‘Phoenix Public Sphere.
Man is no Private Being’
A lecture by Rainer Stollman
Followed by the screening of
The Blind Director (directed by Alexander Kluge, 1985)
Wednesday 4 June 2014, 19:00
Live audio streaming
OCA welcomes Professor of Cultural History Rainer Stollmann with
a lecture titled ‘Phoenix Public Sphere. Man is no Private Being’
on Wednesday 4 June 2014 at 19:00. The lecture will be followed by
the screening of The Blind Director (directed by Alexander
The term ‘public sphere’ and the idea of ‘publicness’ have been central to the investigation of the emancipation of the self and others in Alexander Kluge’s work as a theorist, novelist, filmmaker and television producer. Sketching the philosophic paradigms of the 19th and 20th century on such notions, which allowed to gauge a greater understanding of personal and collective exercise of freedom and its forum of expression, the presentation will examine the basic features of concepts formulated by Immanuel Kant (1724–1804) and key historical propositions such as the ones of Jürgen Habermas (b.1929). The presentation questions ‘public sphere’ and ‘counter public sphere’, terms on which Kluge posits his thinking, as the need for individual emancipation particularly when an historical subject no longer exists. The lecture will also scrutinise Kluge’s concept of ‘feelings’ pertaining to private and collective memory in its relation to possible spheres of action, while reading Kluge's practical work in the midst of the current historical development and its reflection within film and television productions by the author.
The evening will conclude with an introduction to, and a
screening, of The Assault of the Present on the Rest of
Time (directed by Alexander Kluge, 1985) aka The Blind
For more information, please contact Tara Ishizuka Hassel.
About the OCA Semesterplan – Spring 2014
Alongside the exhibition ‘Unwoven World: Beyond the Pliable Plane’, where works by Norwegian artists Brit Fuglevaag, Elisabeth Haarr and Sidsel Paaske are displayed, OCA is presenting a selection of Alexander Kluge’s eclectic collection of ‘raw materials’, a series of television programmes assembling photographs, drawings, diagrams and diverse footage construed to ‘strengthen the muscles of [our] power of imagination’. In Public Sphere and Experience (written by Alexander Kluge and Oskar Negt in 1972) the authors draw from Walter Benjamin’s criticism of the information-driven content of modern forms of communication. Particularly they criticised the way in which television programmes communicate with their audience, in a decline in both the art of storytelling and the communicability of experience. The attempt, they claimed, should be to replace the ‘monologue’ format of information programmes with programme formats which can stimulate the participation of the viewer. Since the establishment of his own television company DCTP (Development Company for Television Programmes) in 1987, Kluge has produced thousands of programmes for German television to engage with the capacity of fantasy to organise individual experience otherwise concealed by structures of consciousness and the screens capturing our attention. ‘Alexander Kluge. Raw Materials: Present Impressions, Past Wishes and Future Fulfillment’ as presented at OCA, resonates with larger concerns within the Norwegian art milieu of the 1970s regarding what ‘art for people’ should be. The latter was eloquently exemplified by Elisabeth Haarr’s retrospective essay ‘Fantasy in Service of the People’ (2008), reflecting upon the militantism and realistic narrative as well as abstraction and non-narration as different forms of approaching the subject.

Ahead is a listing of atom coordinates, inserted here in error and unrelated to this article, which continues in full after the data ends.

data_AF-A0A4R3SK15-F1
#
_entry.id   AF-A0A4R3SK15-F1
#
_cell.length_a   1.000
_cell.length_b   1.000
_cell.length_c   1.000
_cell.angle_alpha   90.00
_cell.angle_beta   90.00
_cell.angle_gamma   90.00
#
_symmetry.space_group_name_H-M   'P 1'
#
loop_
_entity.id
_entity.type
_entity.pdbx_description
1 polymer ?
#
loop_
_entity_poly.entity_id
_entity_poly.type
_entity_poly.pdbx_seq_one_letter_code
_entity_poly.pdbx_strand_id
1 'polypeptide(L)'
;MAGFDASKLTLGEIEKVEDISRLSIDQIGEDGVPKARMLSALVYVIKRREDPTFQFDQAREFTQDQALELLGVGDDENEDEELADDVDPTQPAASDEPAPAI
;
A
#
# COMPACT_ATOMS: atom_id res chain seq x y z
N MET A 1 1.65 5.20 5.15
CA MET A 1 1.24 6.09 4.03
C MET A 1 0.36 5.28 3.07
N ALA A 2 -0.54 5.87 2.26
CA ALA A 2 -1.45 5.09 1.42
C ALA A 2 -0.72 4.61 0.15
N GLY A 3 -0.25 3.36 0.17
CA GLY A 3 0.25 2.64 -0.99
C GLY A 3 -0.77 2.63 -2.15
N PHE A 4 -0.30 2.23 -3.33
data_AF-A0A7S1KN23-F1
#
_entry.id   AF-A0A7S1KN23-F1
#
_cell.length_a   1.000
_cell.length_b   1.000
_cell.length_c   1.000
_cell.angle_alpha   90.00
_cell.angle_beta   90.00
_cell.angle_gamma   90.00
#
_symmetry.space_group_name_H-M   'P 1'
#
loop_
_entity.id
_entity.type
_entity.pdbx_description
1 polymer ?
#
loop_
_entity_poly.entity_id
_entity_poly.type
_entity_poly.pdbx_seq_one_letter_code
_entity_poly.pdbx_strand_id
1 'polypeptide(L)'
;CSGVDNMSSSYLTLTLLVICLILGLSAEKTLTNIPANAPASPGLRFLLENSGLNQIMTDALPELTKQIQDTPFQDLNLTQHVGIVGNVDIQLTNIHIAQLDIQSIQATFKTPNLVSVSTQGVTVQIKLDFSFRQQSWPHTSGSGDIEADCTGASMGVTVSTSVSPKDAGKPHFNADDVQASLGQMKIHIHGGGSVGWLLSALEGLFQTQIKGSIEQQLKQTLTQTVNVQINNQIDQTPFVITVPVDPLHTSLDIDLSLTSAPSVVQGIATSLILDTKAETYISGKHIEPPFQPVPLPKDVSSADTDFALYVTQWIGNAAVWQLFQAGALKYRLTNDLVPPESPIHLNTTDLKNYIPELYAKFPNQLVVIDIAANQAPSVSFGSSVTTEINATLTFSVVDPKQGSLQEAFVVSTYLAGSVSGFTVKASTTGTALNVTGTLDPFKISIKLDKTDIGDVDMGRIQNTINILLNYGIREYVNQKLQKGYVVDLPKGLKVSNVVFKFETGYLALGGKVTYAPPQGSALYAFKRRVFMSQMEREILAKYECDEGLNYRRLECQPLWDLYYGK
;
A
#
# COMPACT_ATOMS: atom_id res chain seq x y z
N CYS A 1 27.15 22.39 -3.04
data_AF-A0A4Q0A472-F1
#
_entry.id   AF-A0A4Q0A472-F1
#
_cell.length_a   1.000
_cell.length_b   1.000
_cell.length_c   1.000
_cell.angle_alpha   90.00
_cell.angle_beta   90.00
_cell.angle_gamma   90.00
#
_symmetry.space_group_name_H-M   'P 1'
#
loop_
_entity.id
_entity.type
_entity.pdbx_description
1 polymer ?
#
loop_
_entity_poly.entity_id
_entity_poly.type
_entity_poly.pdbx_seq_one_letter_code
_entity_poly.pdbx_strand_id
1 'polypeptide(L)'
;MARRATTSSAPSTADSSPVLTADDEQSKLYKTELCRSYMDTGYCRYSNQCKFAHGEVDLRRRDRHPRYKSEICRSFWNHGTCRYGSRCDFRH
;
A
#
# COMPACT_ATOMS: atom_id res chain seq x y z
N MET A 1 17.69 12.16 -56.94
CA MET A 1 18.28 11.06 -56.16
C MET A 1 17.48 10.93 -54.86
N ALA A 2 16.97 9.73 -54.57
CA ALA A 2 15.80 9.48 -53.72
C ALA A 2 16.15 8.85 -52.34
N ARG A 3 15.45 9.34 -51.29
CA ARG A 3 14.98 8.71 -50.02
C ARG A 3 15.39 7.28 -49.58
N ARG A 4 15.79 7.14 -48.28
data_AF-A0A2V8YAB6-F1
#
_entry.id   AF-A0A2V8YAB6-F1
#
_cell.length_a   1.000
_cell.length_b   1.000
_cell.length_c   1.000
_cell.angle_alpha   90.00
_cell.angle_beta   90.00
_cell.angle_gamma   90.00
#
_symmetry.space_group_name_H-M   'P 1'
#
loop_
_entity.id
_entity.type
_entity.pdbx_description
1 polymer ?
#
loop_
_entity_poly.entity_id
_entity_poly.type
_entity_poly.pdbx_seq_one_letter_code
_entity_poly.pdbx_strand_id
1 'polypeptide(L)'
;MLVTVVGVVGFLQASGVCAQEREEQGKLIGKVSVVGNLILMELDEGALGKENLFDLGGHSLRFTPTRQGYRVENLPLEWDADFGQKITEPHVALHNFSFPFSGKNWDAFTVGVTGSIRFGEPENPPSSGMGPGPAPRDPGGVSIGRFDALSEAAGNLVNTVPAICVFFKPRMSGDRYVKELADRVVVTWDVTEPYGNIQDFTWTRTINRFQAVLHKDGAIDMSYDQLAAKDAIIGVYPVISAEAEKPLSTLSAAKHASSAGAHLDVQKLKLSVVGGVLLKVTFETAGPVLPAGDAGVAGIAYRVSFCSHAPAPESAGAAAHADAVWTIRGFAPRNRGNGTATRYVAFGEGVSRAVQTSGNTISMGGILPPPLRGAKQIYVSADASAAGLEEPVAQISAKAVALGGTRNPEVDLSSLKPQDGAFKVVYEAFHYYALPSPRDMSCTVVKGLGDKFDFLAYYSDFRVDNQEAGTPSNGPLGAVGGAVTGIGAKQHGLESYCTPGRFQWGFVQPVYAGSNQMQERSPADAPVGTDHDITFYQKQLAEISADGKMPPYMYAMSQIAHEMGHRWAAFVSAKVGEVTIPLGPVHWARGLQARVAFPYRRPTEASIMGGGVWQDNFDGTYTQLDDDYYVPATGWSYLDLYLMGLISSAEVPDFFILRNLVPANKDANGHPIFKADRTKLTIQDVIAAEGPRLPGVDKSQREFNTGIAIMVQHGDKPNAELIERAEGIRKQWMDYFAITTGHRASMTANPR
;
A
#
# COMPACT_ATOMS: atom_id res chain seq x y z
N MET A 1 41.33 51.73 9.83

About the Speaker
Rainer Stollmann (b.1947) is a leading authority on Kluge's work and has been Professor of Cultural Theory and Cultural History at the University of Bremen until 2012. His doctoral dissertation Aestheticization of Politics. Literature Studies on Subjective Fascism (1978) and his famous analysis Fascist Politics as a Total Work of Art (1978) drew attention at how fascism created a dystopian public sphere where a ‘beautiful illusion’ of reality different from the ‘beautiful illusion’ of art was used as a ‘mean for a private psychic flight from reality’. He has been conducting research and publishing extensively on critical theory, literature, film and mass media in the 20th century, as well as laughter and cultures of laughter (the grotesque, humor, and wit). Stollmann curated the 2008–09 Kluge’s film- and TV-programmes edition, with the support of the Goethe-Institut. He edited the TV-interviews between Alexander Kluge and the playwright Heiner Müller, all of which were videotaped and some of which were aired on German television between 1988 and 1995. His latest publications include, among others, (in German) The Sense of Beauty Emerging from the Ice. Conversations with Alexander Kluge (2005), and Fear as a Good Remedy Against Constipation (2010).
Office for Contemporary Art Norway
OCA is a foundation created by the Norwegian Ministries of Culture and of Foreign Affairs in Autumn 2001 with the aim of developing collaboration projects in the cultural field between Norway and the international arts scene. The foundation aims to become one of the main organs in the contemporary arts debate through initiatives such as exhibitions, seminars, publications, as well as by providing support to Norwegian artists for their activities on the international art arena.